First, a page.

Different Types of Localized Metal Corrosion
This article is intends to discuss:
- Localized corrosion occurs at intense attack on the confined area of the metal surface
- Several types of corrosion are galvanic, crevice, pitting and intergranular
- All these types of corrosion can be reduced using anti-corrosion protective coatings
What is Localized Metal Corrosion?
- Localized corrosion refers to the type of corrosion that occurs at local areas on the metal surface. It penetrates the metal at a higher rate due to the environmental effects or the inherent properties of the material. Several types of localized corrosion that easily to be distinguished are galvanic, crevice, pitting and intergranular which will be discussed in detail in the following section.
This form of corrosion is usually observed when two dissimilar metals having different electrical potentials are in contact, either through an electrolyte or physical contact. The less noble metal (lower electrical potential) relative to the other acts as the anode, while the opposing metal acts as the cathode. This electrical potential difference in turns drive the corrosion reaction and causes the less noble metal to start failing.
The 3 requirements for galvanic corrosion to occur are:
- Two dissimilar metals having different electric potentials
- Two dissimilar metals in contact with one another
- Two dissimilar metals exposed to the same corrosive environment (e.g. containing water & oxygen)
A classic example of galvanic corrosion due to different electric potential between the bolts & plate.
[Image by D3j4vu from http://en.wikipedia.org]
In most cases, galvanic corrosion can be easily prevented with proper selection of materials during the design stage of a structure or system. However, metallic coatings are typically used to protect bimetallic systems against this form of corrosion. Zinc is a common example of metallic coatings which can act as a barrier or sacrificial anode to corrosion, such as Dri-Gard ZN 90.
Crevice corrosion is resulted when there is a difference in ion concentration between two touching materials & it usually occurs in stagnant micro-spaces. These trapped areas include joints, rivet heads, bolt heads, gaskets and etc. where moisture enters easily but oxygen circulation is prohibited. Anodic imbalance is created by the combination of reduced oxygen content in the crevice area relative to the surrounding environment, thus resulting in a highly corrosive microenvironment.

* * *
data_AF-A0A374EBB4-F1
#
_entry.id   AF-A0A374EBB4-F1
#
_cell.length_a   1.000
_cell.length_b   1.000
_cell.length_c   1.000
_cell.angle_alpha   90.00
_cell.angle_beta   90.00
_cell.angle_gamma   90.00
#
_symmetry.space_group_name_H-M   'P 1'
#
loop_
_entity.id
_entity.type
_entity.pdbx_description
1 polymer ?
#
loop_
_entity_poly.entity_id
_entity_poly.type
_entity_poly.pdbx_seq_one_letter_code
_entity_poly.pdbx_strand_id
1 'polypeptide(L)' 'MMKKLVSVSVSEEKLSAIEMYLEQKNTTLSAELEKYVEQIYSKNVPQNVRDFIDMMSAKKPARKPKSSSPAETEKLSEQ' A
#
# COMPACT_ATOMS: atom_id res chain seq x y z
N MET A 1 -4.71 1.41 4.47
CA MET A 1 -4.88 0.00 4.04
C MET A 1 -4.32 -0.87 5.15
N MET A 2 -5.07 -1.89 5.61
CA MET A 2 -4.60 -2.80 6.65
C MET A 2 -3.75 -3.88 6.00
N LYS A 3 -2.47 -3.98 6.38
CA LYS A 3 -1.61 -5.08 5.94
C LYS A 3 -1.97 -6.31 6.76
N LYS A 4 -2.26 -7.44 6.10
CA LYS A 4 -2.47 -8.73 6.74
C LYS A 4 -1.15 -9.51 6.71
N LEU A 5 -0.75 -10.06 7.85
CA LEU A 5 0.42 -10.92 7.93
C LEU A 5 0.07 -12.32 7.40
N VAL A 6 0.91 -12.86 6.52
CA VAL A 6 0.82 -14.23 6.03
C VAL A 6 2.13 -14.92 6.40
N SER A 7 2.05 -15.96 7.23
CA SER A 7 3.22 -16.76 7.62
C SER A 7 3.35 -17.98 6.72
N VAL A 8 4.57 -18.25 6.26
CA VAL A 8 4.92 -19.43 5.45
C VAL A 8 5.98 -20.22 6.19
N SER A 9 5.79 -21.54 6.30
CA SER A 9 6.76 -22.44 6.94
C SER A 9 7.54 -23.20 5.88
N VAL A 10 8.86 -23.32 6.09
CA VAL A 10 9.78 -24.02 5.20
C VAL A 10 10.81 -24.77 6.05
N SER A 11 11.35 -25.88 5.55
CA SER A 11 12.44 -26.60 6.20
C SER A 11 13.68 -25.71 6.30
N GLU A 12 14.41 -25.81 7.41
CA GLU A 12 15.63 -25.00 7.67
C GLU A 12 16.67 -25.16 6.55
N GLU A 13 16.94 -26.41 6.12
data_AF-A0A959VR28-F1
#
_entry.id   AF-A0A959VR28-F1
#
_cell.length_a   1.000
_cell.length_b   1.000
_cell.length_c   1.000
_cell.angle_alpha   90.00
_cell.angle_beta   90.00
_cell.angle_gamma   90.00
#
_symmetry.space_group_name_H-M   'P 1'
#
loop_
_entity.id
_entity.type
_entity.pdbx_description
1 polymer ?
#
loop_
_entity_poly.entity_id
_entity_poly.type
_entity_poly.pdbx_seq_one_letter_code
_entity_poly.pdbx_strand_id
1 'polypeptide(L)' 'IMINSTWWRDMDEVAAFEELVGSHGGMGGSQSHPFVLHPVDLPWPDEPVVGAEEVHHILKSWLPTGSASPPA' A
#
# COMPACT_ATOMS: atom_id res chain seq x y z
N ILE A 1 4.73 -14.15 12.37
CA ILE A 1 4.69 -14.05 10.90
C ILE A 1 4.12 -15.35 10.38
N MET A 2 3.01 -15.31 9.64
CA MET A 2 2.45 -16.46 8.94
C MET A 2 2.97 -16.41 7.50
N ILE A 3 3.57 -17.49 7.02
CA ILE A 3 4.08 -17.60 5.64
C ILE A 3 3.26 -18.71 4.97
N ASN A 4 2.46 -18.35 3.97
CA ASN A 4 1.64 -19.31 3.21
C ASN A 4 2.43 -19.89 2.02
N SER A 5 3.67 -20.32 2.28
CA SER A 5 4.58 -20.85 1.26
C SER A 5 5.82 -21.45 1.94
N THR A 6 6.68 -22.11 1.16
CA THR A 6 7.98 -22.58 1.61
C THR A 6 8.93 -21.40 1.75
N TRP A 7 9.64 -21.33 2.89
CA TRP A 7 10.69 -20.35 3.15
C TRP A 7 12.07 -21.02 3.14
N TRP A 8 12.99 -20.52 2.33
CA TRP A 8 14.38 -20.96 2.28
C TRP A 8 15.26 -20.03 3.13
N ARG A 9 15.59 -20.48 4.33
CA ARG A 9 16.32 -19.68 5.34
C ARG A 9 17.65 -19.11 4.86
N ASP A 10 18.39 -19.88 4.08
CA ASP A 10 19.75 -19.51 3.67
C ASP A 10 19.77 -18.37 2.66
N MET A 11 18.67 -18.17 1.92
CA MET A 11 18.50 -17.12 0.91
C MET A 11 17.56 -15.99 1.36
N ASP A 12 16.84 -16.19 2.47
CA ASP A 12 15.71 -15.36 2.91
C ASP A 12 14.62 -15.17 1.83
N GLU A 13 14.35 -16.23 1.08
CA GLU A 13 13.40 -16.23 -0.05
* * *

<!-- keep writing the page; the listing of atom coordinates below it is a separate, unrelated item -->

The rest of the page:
Illustration of the conditions that causes crevice corrosion
The oxygen concentration inside the crevice is depleted, hence making the surface area a small anode compared to the outside of a crevice. This creates anodic imbalance. The accumulation of acidic hydrolyzed salts results in a highly corrosive microenvironment in the crevice area.
Passive materials such as aluminum alloys and stainless steels have a greater susceptibility to crevice corrosion. Copper alloys can also experience this form of corrosion in seawater environment. While protective coatings can be used to protect the metal from corrosion, it is important, however, to implement regular cleaning schedule to remove debris that can be built up.
Pitting is one of the most extreme localized form of corrosion that is formed by small holes or pits due to the attack of corrosive medium. Pitting corrosion can be one of the most destructive and dangerous forms of corrosion as it is difficult to detect and can happen at a very fast rate. Once a pit has initiated, it can penetrate from the surface and coalesce underneath which weaken the metal and results in failure eventually.
[Image from Funtay/Shutterstock.com]
This can happen naturally on a surface as a local outbreak, or it can also be caused by non-uniformities in the metal structure itself. If anti-corrosion coatings are not applied properly, pitting corrosion is likely to attack areas where the coating has failed.
The factors responsible for pitting corrosion are:
- Chemical or mechanical damage to the protective coating film
- Thinning or breakdown of protective coating film
- Inadequate protective coating application
- Non-uniformities or local differences in composition of metal structure
Intergranular corrosion is associated with impurities present at grain boundaries which are formed during solidification of an alloy. This form of corrosion attacks the interior of metals along with the grains.
It is well known for metals that have been soaked under high temperatures where carbide precipitation (a chemical reaction that occurs when metal is subjected to high heat) can occur.
Illustration of granular corrosion
[Image from Unified Alloys]
During these reactions, carbon reacts with chromium forming carbides, causing chromium content to fall. However, a minimum of 12% of chromium in metal is needed to ensure passivation. When the metal has a chromium content lower than 12%, intergranular corrosion can easily start.
Prevention of Localized Metal Corrosion
Selection of proper protective coating that is suitable for this temperature can be a solution or prevention to this form of corrosion.
Click here for more information on metal corrosion and Dritech’s range of anti-corrosion metal coatings.
Please contact us for more information on appropriate protective coating systems for your structures.
by Oh Hui Xuan
[15 May 2022]
15 Dec 2022